The coronavirus outbreak is widening the gap between Chinese and U.S. economies
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Coronavirus has replaced trade wars as the top topic of conversation for global business leaders. But the end result may be the same: further “decoupling” of the Chinese and U.S. economies. Fortune’s Clay Chandler—a long-time analyst of U.S.-China business relations—takes a look at the state of that relationship for the April edition of Fortune magazine. Digital subscribers can read his analysis online today here.
A couple of takeaways:
— Companies are actively moving to diversify their sourcing, regardless of the pause in the trade fight. Electronics retailer Best Buy, for instance, says it will reduce products made in China to 40% of the cost of goods it sells, down from 60%. CEO Corie Barry said the virus “was one more piece of evidence that will continue to put pressure on diversifying supply lines.”
— Many of the Chinese students enrolled in U.S. colleges and universities face travel restrictions that have prevented them from returning for their spring semester.
The irony, of course, is that as of this week, there are, for the first time, more cases of Covid-19 reported outside of China than within it. Indeed, the Chinese are now putting foreign travelers in quarantine to prevent new outbreaks at home. Meanwhile, tit-for-tat actions between the two countries continue: the latest was China’s decision yesterday to expel journalists working for The New York Times, The Wall Street Journal and The Washington Post. None of that helps the global economic outlook.
Other news yesterday: Marriott, hard hit by the virus-related drop in travel, said it will furlough tens of thousands of employees. Expect a steady stream of those kinds of announcements in the weeks to come, starting with the travel and oil industries—the first to be hit—but spreading to others. Fair to assume that budget conversations are going on in most companies this week, as the outlook dims.
And one last item: Since August of 2017, America’s big cap companies have repurchased a staggering $1.25 trillion in shares. Was that a smart use of their money? Well, it doesn’t look like it right now, with the market having lost all its gains since then. Particularly troubling are the big buybacks by the airlines, who, having given back all their cash, are now looking for a government bailout. You can read Shawn Tully’s analysis here.
More news below.
It was all looking good in Asia, until it wasn't. Towards the end of the day there, markets suddenly slipped into the red, with the Hang Seng down 4.2% and the Nikkei 225 down 1.7%. In Europe, the Stoxx 600 is down more than 4% at the time of writing. The S&P 500 may have gained 6% yesterday but futures look ugly. Volatility, volatility, volatility. Wall Street Journal
The stock-market drops follow more government interventions to mitigate the coronavirus fallout. The U.K. is putting $400 billion into the effort, mostly in the form of government-backed loans and guarantees, and the U.S. intends to deploy $1 trillion, including direct payments to households and businesses, as well as corporate loans from the Fed. Fortune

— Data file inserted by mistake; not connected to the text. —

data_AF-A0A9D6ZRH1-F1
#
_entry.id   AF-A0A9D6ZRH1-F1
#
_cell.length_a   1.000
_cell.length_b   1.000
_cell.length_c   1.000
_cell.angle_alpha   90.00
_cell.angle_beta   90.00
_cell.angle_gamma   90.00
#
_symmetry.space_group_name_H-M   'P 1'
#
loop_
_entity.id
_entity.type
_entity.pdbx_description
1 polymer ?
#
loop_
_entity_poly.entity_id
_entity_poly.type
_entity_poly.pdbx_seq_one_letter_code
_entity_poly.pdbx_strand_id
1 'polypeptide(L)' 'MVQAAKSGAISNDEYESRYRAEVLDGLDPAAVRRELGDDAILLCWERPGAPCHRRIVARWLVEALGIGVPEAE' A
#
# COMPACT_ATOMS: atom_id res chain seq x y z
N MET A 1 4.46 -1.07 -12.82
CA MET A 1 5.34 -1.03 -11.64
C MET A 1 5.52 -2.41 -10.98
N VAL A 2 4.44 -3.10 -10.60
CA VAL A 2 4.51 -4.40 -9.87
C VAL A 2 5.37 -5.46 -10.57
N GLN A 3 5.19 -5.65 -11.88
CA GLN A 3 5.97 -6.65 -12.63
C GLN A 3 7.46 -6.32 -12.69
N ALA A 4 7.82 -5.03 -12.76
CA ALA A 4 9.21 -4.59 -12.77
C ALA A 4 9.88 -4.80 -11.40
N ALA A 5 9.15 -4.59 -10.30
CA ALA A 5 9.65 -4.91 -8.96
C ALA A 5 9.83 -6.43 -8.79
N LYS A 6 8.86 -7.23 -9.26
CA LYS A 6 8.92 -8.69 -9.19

Deutsche Bank researchers now estimate—with an appropriate lack of certainty—that the world is about to tip into a very severe recession indeed: "The quarterly declines in GDP growth we anticipate substantially exceed anything previously recorded going back to at least World War II." (For more on the form it might take, Fortune has a recession Q&A.) DB Research
Emerging markets-focused hedge funds Pharo Management and Autonomy Capital have taken significant hits this month (13% and 17% respectively) due to fears of coronavirus-induced economic damage, plus the impact of the oil price war. Financial Times
AROUND THE WATER COOLER
If you're wondering why the U.S. and U.K. have both drastically changed their approaches to fighting the pandemic in the last couple days, the answer lies in new forecasts by researchers from Imperial College London. In short, a strategy of slowing the virus's spread rather than suppressing it, China style, would probably kill 260,000 people in the U.K. and 1.1 million in the U.S. in the coming months. So, social distancing it is then. And when will that be over? Unfortunately, the tactic may need to be repeatedly deployed until a vaccine is found, and intrusive surveillance could become even more a part of life than it already is. New York Times
SoftBank's planned bailout of WeWork may not go ahead, according to the Journal. Apparently SEC and Justice Department probes into the business give SoftBank what it believes is an out under the $3 billion share-purchase deal it struck last fall. This is all separate from the $5 billion lifeline SoftBank agreed to give WeWork directly. WSJ
Joe Biden is closer to the Democratic nomination for November, following big wins in the Florida, Illinois and Arizona primaries. Ohio officials postponed that state's primary, which was also due to take place Tuesday, due to the conflict between voting and social distancing. CNN
Musicians such as John Legend and Coldplay's Chris Martin are "touring" online as a replacement for the physical gigs they can no longer play. Estimates suggest the live music industry could lose something like $5 billion during the outbreak. CNBC
This edition of CEO Daily was edited by David Meyer.